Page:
She said she had a space for me on her Skype client roster, and that was that. I was booked in. It felt like I’d found a little piece of the life I’d been so fortunate to have pre-coronavirus, and it felt good.
I anticipated the first session being a bit weird (who likes seeing themselves work out on camera? No one). But it turns out I couldn’t think about anything other than my shaking legs.
Was it the perfect workout? No. My yoga mat was annihilated by my cat last year, so I finished the session with chunks of purple foam stuck to my shins/bum/face/hair. And yes, I had to scrape an inch of dust off the 8kg kettle bell I’ve been using as a (very good) doorstop for two years. And, honestly, working out in the same room I now eat in, work in and watch TV was… interesting. But after the session I realised I was the happiest I’d been during lockdown. I had a huge rush of happy endorphins, I felt like I could tackle anything.
I’ve stuck with Veowna throughout all of lockdown, even during the times I forgot my Skype password, the internet connection was rubbish, and she told me off for pretending to squat.
But, you know what? It was really bloody great. I feel like I’m chatting to an old friend, albeit a friend who forces me to do very low squats with a very heavy weight. And having the regular Tuesday post-work slot gives me something to look forward to each week. It’s helped me form a routine.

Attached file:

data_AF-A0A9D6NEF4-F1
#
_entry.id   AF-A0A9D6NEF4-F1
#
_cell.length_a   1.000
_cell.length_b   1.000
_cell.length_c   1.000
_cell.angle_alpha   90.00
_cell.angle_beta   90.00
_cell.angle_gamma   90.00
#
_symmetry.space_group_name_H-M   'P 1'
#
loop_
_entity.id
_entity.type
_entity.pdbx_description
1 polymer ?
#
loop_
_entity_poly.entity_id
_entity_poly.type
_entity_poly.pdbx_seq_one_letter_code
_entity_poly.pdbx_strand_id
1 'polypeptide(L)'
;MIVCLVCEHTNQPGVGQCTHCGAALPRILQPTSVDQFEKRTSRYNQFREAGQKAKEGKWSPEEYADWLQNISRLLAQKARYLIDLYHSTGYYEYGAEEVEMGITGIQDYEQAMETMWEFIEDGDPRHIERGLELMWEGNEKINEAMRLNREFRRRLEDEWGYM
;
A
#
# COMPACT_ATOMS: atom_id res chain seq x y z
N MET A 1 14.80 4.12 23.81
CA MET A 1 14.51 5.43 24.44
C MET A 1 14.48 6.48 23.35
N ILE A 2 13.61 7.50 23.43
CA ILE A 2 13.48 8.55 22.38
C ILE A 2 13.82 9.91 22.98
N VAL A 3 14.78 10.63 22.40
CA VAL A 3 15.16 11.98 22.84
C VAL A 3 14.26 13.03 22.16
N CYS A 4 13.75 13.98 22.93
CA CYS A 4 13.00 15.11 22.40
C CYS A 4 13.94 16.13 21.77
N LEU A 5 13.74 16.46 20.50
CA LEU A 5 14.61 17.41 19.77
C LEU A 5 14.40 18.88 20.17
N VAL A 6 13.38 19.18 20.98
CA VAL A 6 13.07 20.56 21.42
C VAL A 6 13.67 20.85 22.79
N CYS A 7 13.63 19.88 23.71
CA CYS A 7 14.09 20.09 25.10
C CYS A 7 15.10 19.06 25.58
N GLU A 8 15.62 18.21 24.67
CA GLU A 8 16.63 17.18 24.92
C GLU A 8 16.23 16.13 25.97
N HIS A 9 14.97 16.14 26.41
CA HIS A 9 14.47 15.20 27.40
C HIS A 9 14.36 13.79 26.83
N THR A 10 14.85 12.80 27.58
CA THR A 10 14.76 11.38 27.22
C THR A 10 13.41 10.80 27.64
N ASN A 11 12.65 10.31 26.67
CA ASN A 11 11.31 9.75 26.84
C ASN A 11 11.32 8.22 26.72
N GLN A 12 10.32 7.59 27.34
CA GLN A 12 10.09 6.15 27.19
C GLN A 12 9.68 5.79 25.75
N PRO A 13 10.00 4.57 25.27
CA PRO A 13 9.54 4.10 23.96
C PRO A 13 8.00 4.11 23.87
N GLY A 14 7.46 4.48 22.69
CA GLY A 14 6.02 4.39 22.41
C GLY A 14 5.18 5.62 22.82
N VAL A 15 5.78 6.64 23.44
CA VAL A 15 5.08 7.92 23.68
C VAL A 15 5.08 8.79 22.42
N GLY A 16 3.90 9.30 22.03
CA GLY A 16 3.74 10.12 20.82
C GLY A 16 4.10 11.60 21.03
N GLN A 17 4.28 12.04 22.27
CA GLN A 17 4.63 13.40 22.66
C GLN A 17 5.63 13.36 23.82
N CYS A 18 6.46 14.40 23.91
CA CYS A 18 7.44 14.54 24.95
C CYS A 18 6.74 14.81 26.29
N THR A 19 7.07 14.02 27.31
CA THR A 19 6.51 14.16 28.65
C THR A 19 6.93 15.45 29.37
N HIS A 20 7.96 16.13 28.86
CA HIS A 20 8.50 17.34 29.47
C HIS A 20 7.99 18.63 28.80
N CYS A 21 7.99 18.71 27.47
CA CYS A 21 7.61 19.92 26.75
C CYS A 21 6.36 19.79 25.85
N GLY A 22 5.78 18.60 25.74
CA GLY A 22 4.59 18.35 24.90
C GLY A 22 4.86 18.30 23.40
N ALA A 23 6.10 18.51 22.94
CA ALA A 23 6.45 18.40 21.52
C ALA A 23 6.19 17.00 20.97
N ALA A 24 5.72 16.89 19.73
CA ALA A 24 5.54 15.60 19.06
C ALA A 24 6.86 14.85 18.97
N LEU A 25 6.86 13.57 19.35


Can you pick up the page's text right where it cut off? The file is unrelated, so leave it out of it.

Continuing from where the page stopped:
I sweat, I laugh and sometimes I feel sick. But mostly, I ride the endorphin high and smile my way through the failed press up attempts.
I used to call my friends on the walk to the Tube after a session with Veowna in the gym and talk to them at a million miles per hour. I had that same feeling you get on a night out when you want to call everyone and scream “I love you so much. No, seriously. I think you’re so great” down the phone at them. And I was finally feeling a smidgen of that in lockdown. When I press the red button and hang up on Veowna after an hour of sweating into my (very sad) yoga mat, I bounce up the stairs to talk to anyone I can find. Husband? Great! Cat? You’ll do.
My neighbours are probably actively avoiding me because I’m now the woman who curtain twitches and just happens to be taking the bins out when they set foot out their front door.
I’m aware this reads a bit like a love letter from a teenage girl to her favourite band and, I suppose, it is in some ways. It’s a letter of thanks to Veowna for putting up with my deflection methods (I’m a journalist, I can get people talking if I want to take an extra break between sets), for pushing me to achieve things I never thought possible (I did my first real press up this week) and for making me feel like the world isn’t so small.
I was starting to find my bubble – working from home, not able to see my family who live hundreds of miles away – a bit scary, but knowing she’s at the end of a camera every week ready to push me to my limits is giving me that strength of mind I was searching for last March.
Felicity Thistlethwaite is the executive editor digital at Stylist.